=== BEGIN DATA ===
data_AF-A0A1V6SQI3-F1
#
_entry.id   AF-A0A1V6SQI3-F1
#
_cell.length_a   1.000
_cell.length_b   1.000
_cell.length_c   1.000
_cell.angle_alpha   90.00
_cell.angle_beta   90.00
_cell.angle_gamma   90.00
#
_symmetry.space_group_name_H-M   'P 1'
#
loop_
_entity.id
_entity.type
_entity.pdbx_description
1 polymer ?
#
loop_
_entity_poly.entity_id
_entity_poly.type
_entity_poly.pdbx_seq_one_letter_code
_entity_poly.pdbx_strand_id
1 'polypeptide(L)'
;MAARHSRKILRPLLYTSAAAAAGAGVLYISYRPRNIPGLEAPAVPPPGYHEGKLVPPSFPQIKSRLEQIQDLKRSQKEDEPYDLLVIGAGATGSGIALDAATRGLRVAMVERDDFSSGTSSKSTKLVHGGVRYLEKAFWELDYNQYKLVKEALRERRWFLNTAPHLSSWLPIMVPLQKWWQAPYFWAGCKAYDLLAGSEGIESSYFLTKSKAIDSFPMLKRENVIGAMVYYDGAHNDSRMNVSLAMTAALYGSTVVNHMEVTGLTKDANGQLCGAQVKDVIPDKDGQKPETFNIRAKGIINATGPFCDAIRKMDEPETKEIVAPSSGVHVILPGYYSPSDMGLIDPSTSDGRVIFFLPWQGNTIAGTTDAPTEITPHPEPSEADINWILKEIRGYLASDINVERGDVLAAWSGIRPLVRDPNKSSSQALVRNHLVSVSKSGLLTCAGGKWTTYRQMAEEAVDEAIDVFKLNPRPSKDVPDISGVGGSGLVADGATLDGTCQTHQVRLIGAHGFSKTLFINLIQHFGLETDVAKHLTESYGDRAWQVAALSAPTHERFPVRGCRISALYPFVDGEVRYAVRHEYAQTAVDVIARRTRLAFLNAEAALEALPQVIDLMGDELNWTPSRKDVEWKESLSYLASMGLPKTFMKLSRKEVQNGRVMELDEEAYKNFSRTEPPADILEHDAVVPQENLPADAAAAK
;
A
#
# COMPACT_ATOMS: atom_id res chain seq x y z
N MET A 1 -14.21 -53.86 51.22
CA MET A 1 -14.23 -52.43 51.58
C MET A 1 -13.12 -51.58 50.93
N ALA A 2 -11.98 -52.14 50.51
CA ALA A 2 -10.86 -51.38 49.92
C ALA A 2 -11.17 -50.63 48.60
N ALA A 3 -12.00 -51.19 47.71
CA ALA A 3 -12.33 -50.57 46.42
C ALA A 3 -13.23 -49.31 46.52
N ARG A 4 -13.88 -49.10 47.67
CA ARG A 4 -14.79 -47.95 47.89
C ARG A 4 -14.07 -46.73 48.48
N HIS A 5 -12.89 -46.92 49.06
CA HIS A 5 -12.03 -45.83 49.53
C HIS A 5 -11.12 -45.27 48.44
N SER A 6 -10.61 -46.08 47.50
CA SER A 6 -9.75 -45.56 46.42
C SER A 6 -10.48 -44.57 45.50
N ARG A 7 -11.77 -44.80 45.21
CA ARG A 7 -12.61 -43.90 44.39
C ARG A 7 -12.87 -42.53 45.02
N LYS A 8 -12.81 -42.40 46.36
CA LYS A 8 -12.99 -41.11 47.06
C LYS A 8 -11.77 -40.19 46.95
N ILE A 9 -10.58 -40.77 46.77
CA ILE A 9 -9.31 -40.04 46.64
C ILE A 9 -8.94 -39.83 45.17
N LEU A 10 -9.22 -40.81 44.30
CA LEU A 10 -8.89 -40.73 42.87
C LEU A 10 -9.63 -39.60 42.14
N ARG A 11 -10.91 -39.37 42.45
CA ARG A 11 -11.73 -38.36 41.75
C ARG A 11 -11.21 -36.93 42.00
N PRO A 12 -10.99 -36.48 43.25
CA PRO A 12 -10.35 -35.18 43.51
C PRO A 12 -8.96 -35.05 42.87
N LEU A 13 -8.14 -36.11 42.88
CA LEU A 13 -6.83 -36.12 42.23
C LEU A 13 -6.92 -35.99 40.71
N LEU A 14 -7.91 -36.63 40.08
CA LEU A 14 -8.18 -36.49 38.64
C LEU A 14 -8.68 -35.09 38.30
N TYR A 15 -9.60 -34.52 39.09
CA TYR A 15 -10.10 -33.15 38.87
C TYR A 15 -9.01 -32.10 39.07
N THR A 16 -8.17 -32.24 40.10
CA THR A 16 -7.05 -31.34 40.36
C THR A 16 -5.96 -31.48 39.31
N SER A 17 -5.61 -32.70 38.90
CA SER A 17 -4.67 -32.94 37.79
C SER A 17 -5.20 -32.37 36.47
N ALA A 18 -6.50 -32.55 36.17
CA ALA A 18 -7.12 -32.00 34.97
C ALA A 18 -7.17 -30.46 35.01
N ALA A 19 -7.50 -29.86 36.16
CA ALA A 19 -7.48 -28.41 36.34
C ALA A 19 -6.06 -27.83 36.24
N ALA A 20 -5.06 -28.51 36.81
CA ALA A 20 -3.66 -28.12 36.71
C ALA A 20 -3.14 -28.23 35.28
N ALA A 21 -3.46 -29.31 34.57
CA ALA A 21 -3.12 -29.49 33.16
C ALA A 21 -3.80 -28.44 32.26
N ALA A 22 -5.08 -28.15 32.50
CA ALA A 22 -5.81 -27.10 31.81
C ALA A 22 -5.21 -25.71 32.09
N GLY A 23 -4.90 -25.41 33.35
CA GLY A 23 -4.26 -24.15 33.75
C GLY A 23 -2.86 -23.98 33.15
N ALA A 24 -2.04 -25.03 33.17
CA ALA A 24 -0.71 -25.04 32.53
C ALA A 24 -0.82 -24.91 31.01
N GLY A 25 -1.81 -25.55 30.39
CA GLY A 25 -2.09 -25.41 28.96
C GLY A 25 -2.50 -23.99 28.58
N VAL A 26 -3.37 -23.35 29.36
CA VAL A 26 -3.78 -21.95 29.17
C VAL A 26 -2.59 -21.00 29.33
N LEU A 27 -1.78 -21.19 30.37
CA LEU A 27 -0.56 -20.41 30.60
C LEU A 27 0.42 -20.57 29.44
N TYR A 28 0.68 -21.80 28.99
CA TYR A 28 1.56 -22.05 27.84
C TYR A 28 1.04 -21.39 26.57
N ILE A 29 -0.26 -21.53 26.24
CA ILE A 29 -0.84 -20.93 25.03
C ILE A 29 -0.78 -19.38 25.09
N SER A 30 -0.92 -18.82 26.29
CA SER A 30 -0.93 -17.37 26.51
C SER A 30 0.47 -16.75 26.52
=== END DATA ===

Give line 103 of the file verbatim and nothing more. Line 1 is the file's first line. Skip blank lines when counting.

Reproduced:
N GLY A 25 -1.81 -25.55 30.39